WASHINGTON - U.S. sales of new homes rose in April and nearly matched the fastest pace in five years, driving the median price to a record high. The gains suggest the housing recovery is strengthening.
New-home sales increased 2.3 percent in April from March to a seasonally adjusted annual rate of 454,000, the Commerce Department said. That's only slightly below January's pace of 458,000, which was the fastest since July 2008.
Steady job creation and near-record-low mortgage rates are spurring more Americans to buy homes. Sales are still below the 700,000 pace consistent with healthy markets, but they have risen 29 percent over the past year.
In this recent photo, Sam and Liz Weidner, of Hudsonville, Mich., view a home for sale in Lowell, Mich. The sale of new homes in April was at the fastest pace in five years. (AP photo)
The median sales price jumped 8.3 percent in April from March to $271,600. That's highest on records going back to 1993. The median sales price is not adjusted for inflation.
Prices are rising quickly because more people are bidding on a limited number of homes.
The supply of new homes for sale increased 3.3 percent in April to 156,000. That's the most in 18 months, although it's still only slightly above the record low of 142,000 set in July 2012.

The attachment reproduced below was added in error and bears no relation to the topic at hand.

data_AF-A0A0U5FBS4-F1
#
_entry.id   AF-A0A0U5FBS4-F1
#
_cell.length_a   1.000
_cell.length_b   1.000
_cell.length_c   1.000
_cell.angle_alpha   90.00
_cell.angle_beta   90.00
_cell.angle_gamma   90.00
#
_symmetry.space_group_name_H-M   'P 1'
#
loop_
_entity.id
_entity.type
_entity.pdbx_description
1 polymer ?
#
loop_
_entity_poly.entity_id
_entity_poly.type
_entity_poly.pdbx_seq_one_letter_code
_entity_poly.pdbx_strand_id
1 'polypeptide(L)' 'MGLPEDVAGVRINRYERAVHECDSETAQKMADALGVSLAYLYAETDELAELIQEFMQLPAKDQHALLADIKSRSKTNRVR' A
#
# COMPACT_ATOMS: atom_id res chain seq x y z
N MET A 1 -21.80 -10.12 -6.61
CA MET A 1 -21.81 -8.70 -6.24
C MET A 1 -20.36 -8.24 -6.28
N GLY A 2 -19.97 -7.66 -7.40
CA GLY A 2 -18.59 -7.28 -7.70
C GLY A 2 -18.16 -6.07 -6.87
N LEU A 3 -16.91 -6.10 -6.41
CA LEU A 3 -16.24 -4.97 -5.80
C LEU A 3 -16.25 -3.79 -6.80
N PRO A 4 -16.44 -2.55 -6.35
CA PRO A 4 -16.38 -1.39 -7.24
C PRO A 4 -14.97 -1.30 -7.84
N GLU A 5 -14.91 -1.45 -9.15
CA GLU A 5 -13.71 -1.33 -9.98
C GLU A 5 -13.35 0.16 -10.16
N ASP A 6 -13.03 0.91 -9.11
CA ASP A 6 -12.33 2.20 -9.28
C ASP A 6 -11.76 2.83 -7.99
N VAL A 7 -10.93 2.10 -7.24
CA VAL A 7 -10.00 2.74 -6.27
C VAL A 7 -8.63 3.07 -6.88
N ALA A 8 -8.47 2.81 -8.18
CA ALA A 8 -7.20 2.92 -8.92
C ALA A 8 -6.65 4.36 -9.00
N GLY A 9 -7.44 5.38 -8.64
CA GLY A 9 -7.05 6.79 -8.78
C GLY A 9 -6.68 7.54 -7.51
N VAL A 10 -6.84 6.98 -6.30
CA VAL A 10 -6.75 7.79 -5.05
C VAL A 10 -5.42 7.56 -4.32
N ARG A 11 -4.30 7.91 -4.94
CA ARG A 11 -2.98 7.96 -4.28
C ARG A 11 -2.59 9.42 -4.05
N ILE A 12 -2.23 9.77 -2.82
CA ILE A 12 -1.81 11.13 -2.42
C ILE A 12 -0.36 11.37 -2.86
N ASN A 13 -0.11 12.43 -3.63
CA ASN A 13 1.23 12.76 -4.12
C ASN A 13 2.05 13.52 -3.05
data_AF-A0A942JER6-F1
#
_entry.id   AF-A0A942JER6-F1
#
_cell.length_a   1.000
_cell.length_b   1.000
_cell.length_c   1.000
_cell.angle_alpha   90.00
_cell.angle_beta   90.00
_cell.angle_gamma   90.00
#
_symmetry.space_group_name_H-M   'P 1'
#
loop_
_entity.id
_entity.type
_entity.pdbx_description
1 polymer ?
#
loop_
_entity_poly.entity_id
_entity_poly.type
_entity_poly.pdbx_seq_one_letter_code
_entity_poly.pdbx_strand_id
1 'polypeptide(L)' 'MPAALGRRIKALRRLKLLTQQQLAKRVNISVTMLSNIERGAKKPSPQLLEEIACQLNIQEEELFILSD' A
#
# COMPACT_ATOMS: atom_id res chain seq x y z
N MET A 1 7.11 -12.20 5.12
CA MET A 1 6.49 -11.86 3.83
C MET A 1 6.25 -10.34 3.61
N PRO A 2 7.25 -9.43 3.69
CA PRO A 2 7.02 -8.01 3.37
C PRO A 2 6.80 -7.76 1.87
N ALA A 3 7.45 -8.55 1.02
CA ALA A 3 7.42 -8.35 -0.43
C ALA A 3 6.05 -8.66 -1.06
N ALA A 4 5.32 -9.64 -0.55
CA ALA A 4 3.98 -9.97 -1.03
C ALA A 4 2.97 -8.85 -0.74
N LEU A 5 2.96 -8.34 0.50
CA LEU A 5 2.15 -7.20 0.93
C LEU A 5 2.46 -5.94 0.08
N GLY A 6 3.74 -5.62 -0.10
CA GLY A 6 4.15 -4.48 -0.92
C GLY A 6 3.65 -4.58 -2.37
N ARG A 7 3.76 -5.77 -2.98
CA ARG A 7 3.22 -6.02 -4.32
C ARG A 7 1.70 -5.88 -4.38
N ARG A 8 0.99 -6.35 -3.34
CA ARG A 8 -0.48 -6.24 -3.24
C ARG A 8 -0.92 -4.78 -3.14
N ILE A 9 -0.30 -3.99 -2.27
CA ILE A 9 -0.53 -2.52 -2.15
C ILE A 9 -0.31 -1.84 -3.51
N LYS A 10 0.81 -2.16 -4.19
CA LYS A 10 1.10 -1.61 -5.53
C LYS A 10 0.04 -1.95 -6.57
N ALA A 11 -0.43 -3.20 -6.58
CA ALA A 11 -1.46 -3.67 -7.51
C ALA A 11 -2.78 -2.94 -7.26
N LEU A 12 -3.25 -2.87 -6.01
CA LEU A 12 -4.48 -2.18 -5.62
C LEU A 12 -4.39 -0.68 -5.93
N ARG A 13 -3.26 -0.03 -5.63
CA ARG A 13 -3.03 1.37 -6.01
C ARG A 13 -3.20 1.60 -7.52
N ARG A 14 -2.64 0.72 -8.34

Economists at Credit Suisse said the solid rise in prices reflected an effort by builders to keep supplies lean to help propel home prices higher.
Still, builders are growing more confident in the housing recovery and have started to ramp up construction. In April, they requested permits to build homes at fastest pace in nearly five years.
"April's new home sales are further evidence of a rebounding national housing market," said John Tashjian, an executive with Centurian Real Estate Partners in New York City. "Over the past 18 months we have seen housing pull itself off the mat and spring back to life."
Sales of new homes increased 10.8 percent in the West in April and 3 percent in the South. They fell 16.7 percent in the Northeast and 4.8 percent in the Midwest.
The increase in new-home sales follows a report that sales of previously owned homes rose in April to a seasonally adjusted annual rate of 4.97 million, the highest level in 3 1/2 years.
Prices for re-sales are also rising, although they remain well below peak levels reached before the housing bubble burst. Higher prices tend to make homeowners feel wealthier. That encourages consumers to spend more, which accounts for 70 percent of economic activity.
Federal Reserve Chairman Ben Bernanke cited the revival in housing as a significant benefit of the Fed's super-low interest rate policies.
"Higher prices of houses and other assets, in turn, have increased household wealth and consumer confidence, spurring consumer spending and contributing to gains in production and employment," Bernanke said in an appearance before the congressional Joint Economic Committee.
Several major homebuilders have reported strong annual increases in orders for the first three months of the year.